January 26, 2007

Brain damage kills craving for nicotine
- Adam Cresswell, The Australian

Smokers who suffer damage to a particular part of their brains appear to be able to quit their nicotine habit easily - a discovery that might open new avenues of addiction research.

A study of smokers who had suffered brain damage of various kinds after a stroke showed that those with injuries to a part of the brain called the insula were in many cases able to quit smoking quickly and easily - saying they had lost the urge to smoke altogether.

The insula receives information from the body and translates it into subjective feelings such as hunger, pain and craving, including craving for drugs.

However, the insula has not attracted much attention in studies on drug addiction, according to the research in the latest edition of the journal Science.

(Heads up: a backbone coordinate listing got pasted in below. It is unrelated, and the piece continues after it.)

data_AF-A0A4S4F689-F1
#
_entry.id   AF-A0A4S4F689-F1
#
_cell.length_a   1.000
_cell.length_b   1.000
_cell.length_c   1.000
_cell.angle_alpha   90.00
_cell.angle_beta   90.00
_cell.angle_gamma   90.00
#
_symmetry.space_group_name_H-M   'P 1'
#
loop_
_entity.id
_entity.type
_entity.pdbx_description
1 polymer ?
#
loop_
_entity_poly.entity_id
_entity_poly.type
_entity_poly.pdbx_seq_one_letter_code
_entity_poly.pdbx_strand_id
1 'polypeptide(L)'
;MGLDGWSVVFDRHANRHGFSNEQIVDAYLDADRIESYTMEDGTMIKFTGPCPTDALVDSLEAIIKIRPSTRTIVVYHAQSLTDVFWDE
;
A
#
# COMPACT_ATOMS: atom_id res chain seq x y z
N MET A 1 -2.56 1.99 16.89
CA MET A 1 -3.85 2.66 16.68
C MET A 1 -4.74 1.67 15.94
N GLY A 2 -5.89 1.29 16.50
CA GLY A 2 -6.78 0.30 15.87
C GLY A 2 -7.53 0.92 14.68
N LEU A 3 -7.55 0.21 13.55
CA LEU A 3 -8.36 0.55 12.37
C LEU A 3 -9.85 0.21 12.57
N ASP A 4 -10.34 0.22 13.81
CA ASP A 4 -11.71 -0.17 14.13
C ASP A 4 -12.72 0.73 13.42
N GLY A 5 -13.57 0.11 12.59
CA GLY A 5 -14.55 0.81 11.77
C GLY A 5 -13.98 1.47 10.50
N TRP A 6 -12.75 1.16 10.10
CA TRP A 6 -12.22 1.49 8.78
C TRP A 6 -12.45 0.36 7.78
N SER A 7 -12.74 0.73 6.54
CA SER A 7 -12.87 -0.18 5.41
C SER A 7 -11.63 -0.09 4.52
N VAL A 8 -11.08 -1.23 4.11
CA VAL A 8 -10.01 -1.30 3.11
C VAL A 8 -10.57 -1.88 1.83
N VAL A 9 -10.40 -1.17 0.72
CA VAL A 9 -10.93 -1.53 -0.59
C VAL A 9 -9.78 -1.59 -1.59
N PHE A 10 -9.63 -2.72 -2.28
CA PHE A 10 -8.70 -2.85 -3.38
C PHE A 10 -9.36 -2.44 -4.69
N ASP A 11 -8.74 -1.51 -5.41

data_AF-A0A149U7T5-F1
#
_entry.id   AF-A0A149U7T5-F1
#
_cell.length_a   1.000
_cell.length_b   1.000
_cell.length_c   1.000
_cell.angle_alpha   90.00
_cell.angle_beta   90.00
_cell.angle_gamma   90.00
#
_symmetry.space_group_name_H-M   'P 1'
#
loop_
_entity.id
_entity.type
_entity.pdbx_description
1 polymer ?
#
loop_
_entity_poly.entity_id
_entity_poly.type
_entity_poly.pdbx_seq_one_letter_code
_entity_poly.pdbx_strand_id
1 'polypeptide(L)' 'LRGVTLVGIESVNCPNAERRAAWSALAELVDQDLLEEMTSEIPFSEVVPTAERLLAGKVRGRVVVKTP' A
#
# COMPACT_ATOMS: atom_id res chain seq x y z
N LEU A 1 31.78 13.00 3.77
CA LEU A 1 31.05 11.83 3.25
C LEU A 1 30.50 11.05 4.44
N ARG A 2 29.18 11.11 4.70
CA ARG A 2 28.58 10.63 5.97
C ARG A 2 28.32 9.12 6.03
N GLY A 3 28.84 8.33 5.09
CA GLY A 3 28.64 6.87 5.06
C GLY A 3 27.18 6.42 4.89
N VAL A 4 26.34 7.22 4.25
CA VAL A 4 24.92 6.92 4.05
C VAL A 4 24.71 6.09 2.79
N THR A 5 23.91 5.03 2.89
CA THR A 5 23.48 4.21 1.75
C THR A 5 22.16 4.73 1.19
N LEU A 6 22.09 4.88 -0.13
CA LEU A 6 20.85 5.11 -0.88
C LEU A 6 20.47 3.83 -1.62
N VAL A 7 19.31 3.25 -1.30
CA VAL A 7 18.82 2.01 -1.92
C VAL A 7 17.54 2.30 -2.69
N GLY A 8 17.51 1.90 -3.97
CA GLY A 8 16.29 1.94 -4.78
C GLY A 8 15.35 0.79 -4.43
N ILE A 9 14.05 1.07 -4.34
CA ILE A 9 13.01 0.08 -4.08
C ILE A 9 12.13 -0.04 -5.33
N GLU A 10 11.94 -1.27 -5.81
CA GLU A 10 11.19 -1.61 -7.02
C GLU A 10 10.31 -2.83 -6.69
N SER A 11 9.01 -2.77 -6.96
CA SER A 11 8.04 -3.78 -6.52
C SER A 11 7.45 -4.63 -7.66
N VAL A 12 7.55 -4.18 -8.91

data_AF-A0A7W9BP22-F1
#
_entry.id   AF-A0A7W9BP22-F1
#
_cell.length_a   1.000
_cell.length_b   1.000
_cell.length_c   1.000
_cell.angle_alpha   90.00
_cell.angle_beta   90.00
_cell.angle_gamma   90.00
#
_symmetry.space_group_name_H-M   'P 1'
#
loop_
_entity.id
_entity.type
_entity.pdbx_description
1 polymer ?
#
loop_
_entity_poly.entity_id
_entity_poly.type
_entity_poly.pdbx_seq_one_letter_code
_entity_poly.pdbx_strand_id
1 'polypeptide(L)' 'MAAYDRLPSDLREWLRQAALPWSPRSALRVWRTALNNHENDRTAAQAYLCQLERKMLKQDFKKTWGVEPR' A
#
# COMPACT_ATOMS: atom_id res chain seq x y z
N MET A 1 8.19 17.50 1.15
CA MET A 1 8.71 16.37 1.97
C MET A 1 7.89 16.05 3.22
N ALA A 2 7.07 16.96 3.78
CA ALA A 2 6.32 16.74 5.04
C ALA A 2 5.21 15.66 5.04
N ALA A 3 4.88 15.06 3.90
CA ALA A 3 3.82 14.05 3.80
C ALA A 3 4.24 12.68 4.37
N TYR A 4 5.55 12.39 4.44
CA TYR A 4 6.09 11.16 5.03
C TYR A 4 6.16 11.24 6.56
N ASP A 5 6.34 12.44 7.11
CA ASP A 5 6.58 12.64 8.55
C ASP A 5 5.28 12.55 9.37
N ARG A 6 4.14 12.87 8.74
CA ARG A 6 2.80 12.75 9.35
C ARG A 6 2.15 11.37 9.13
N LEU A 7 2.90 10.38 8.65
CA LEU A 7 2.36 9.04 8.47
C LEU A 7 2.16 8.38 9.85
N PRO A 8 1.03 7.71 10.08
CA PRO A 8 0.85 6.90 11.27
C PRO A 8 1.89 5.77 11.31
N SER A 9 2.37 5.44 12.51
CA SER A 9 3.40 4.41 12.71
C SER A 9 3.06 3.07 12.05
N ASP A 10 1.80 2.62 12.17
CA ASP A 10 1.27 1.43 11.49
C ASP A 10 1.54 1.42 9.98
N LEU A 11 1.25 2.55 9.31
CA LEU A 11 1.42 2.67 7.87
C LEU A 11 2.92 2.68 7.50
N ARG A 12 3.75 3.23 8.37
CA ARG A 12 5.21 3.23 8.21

Deliberately damaging people's insulas is not considered a realistic treatment option, because the risks are too great and the insula also has a role in many essential functions, such as the desire to eat.

But in the long term, the authors said, drugs might be developed to target the insula.

Other techniques for affecting the insula might in future also include electrical stimulation, already used in patients with depression. However, current techniques cannot penetrate the brain deeply enough to reach the insula.

The study was inspired by the experience of a man who had smoked 40 cigarettes a day before his insula was damaged in a stroke. He quit smoking immediately after, telling researchers his body "forgot the urge to smoke".

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